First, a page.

Scaled has flown their vehicle under power, and to supersonic speeds. Apparently all non-propulsion systems are fully flight-qualified. They have ground-tested their rocket for the full duration necessary for an X-Prize flight, and fired it in flight for a short duration. The initial supersonic flight of SS1 appears to have been a complete success, except for the scrape they got on landing. That damage is now repaired, and they have flown again since, albeit unpowered. They're not nearly as open about what they're doing as Armadillo, though. They may well have taken another flight or two and not announced it yet. It wouldn't surprise me much if they actually accomplish a 100km flight before announcing that they're ready to fly for the prize.

      Armadillo, on the other hand, does not yet have reliably relighting engines, which is kind of a big deal for them. (Or they didn't have 'em a couple weeks ago, anyway.) Given that their vehicle design makes this a life-safety issue, I expect they're gonna need many tests to validate their operation before they do a manned flight over 50 feet. Once they're ready to do that, they will still need to do enough test flights to ensure they understand the vehicle enough to try for the prize.

      I think Armadillo's got an excellent shot at making a 100km flight, but I don't think they're going to beat Scaled. It's too bad about their previous fuel difficulties; that cost them a lot of time, and it looks to me that the delay may have cost them the prize.
      • by mikeee (137160)
        Armadillo's last two updates have been huge progress on the engine front; they seem to have the problem (mostly...) solved, although it's not clear they have enough thrust/fuel to make it with their current exact design, if they indeed have to abandon parachutes for powered landing.

        OTOH, I don't think they have a full-scale vehicle even started, though a close-to-that flight tester is mostly ready for the engines.

        I'd guess they're a couple months away in the absolute best case scenario.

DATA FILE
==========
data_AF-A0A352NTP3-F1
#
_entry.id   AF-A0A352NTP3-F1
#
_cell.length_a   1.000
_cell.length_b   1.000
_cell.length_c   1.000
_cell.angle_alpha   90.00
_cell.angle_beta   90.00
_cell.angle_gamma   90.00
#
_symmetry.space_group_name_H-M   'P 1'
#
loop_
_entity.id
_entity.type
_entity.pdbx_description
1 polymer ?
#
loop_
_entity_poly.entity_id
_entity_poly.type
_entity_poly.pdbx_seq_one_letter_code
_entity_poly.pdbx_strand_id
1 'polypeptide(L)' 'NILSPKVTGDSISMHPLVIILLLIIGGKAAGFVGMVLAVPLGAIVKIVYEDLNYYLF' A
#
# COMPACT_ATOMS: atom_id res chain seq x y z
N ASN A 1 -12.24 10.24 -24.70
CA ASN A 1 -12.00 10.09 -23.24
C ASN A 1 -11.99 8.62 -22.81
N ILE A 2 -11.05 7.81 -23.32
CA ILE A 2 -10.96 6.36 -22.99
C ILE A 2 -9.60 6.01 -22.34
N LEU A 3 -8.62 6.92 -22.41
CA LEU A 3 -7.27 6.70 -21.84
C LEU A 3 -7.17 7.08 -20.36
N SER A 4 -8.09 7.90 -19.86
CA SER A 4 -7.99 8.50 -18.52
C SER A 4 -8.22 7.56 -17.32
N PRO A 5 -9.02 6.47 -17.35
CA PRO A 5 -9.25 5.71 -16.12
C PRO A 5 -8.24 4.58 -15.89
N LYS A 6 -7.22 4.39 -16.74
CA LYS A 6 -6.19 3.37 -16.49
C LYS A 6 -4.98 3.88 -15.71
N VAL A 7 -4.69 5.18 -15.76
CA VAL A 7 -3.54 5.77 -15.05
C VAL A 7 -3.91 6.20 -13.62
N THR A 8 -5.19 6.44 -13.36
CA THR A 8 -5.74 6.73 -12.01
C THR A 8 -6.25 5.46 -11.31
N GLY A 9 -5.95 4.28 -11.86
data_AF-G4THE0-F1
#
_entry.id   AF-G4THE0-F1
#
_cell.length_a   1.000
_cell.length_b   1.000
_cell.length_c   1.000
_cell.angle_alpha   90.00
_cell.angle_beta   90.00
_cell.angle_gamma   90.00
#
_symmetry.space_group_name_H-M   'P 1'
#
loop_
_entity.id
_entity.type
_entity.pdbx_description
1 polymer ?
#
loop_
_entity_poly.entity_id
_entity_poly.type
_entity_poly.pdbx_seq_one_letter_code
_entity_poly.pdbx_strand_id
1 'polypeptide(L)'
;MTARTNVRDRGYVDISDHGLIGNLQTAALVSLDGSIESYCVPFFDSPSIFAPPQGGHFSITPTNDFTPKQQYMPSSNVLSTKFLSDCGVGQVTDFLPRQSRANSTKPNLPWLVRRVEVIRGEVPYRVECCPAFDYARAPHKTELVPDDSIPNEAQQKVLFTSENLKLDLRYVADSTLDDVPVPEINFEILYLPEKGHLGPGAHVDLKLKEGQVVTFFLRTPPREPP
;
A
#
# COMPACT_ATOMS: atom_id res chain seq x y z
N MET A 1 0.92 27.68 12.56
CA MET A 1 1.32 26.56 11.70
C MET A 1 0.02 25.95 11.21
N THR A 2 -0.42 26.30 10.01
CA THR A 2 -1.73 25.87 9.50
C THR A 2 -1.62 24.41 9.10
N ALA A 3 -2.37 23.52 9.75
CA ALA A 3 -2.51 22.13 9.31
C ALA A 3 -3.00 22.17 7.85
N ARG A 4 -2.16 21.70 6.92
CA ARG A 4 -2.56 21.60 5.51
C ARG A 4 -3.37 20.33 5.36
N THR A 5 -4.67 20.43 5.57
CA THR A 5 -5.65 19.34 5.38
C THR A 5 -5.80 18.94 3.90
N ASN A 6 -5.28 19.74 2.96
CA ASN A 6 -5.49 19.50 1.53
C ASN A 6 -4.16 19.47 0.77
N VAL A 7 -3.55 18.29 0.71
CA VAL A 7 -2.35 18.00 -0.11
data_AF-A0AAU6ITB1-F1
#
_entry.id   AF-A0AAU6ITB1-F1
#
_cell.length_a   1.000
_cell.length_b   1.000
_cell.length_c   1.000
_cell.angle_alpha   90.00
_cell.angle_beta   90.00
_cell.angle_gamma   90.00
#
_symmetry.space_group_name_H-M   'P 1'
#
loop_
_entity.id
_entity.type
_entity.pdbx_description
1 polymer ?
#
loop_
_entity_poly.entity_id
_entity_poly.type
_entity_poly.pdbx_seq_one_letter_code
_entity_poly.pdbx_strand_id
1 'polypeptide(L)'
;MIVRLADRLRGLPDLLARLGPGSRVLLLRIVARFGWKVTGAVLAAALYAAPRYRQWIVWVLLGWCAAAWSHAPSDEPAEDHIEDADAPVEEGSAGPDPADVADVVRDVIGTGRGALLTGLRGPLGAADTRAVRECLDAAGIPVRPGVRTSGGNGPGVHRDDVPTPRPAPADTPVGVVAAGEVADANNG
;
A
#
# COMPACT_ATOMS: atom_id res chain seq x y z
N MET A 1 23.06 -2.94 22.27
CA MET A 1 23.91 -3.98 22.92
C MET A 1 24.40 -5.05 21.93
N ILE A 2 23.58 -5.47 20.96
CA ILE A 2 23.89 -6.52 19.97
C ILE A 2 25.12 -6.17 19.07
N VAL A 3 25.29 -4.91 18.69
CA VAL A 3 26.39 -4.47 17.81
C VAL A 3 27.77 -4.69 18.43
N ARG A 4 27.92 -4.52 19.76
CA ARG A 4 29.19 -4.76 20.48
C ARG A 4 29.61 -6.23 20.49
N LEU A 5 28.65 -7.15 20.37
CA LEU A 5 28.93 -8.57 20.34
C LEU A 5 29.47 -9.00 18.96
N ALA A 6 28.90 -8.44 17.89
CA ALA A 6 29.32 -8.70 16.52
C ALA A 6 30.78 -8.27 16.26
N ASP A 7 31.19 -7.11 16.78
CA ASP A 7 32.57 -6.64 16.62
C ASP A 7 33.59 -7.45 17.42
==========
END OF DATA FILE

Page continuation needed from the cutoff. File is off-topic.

• OK, let's try on the supposition that Armadillo makes it up first (twice in 2 weeks, yada, yada, yada) and claims the X Prize. Then what?

        Seriously, Armadillo's design looks to have little or no continuing commercial potential other than as a joyride for people with more money than brains. Using a parachute for return to Earth and a crumple nosecone for landing? Why isn't Estes a big sponsor for them?

        Of course, not winning the X Prize will likely have no effect on Scaled Composite's effort except for a los

        • The winner of the X Prize is really just getting a bunch of money. They're not winning the cutting-edge seat into commercial spaceflight.

          On the same token as Armadillo's design, I don't think any of the X Prize designs are, themselves, aimed at long-term viability. They're steps along that road, but the first hurdle is the X Prize itself, and you don't have to make it commercially viable to win that. You just have to make it fly.

          Real commercial potential will come after the X Prise is claimed, when we're
  • Of course! (Score:5, Insightful)

    by Midnight Ryder (116189) <{moc.redyrthgindim} {ta} {redyrdim}> on Tuesday April 06, 2004 @05:52PM (#8785425) Homepage

    One has to wonder, with launch dates being set, will some projects step up and attempt a flight without being fully ready for it?